Mass Timber’s Rise in Construction
It seems counter intuitive to consider wood and timber construction in the category of advancements in building materials. However wood—and more specifically, mass timber construction—is taking one of the oldest building materials known and applying modern fabrication and construction techniques to create a new way to design and build structures.
Mass timber comes in many forms, some of the alternates for floor systems include:
Cross-Laminated Timber (CLT). Essentially structural plywood with 2x members laminated together in alternating layers.
Nail-Laminated Timber (NLT). One of the oldest forms of mass timber construction with 2x framing member nailed together and spliced to create large panels.
Dowel-Laminated Timber (DLT). Similar to NLT with wooden dowels to ensure monolithic deflection of the panels.
Glue-Laminated Timber (GLT). More commonly used as beams or columns, glue-laminated sections can be used on the flat to create flooring panels similar to the other systems referenced.
Any of these mass timber flooring system options can be compositely connected to a concrete topping slab for greater strength and stiffness. This composite performance reduces vibrations and increases the spanning capabilities of the floor system.
Our engineers evaluate the entrained carbon in alternate structural systems. When assessing and analyzing multiple construction materials for the same building the results are clear: using wood as the primary structural system results in the lowest embodied carbon of any structural alternate. We use this tool as one of many factors that go into making recommendations on the most appropriate systems for the projects we design.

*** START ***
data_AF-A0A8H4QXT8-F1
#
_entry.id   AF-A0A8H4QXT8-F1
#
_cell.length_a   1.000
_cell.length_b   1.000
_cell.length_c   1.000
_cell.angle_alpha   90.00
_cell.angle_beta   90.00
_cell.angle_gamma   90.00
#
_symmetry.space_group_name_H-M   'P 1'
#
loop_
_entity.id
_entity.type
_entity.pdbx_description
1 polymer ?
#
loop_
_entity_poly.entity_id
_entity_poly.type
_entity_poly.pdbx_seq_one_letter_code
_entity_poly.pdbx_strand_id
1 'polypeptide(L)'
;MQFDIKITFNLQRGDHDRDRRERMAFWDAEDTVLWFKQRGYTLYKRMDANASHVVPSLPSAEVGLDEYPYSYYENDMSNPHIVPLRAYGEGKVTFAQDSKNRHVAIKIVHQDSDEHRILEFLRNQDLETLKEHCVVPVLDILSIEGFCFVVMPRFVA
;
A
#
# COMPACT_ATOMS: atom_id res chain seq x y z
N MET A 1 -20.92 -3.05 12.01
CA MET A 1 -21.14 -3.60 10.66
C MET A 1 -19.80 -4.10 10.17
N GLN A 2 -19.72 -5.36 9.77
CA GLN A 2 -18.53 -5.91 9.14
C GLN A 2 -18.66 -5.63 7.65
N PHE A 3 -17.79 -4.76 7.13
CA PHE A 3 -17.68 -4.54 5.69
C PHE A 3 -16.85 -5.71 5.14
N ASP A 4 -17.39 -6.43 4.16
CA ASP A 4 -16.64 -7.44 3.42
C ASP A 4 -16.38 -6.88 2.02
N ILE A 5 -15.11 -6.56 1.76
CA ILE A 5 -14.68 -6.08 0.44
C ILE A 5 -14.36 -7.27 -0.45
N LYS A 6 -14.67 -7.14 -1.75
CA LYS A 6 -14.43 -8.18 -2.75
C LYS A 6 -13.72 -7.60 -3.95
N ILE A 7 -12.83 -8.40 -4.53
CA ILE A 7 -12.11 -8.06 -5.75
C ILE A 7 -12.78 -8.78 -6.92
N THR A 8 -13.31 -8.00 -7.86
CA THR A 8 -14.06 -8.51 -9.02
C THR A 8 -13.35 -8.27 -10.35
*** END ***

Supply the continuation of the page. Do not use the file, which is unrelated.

Designing structures in wood is an art. There are a number of unique factors that need to be considered, from the in-service movement of the material to the different tolerances needed for wood construction vs. concrete or steel construction. When done well, the resulting systems are expressed in the finished architecture.
In collaboration with our partners at Holmes Fire, we study the performance of mass timber construction in potential fire scenarios. We provide the necessary safety in design while challenging some of the industries preconceived notions on what is possible! The resulting systems are expressed in the finished architecture.
The North American Wood Council has a number of educational resources and further information on wood products and construction. We have found that they have good resources for considerations of design, sustainability, reuse of beetle-killed lumber and other research.
Specialist team of fire engineers provides advanced finite element analysis.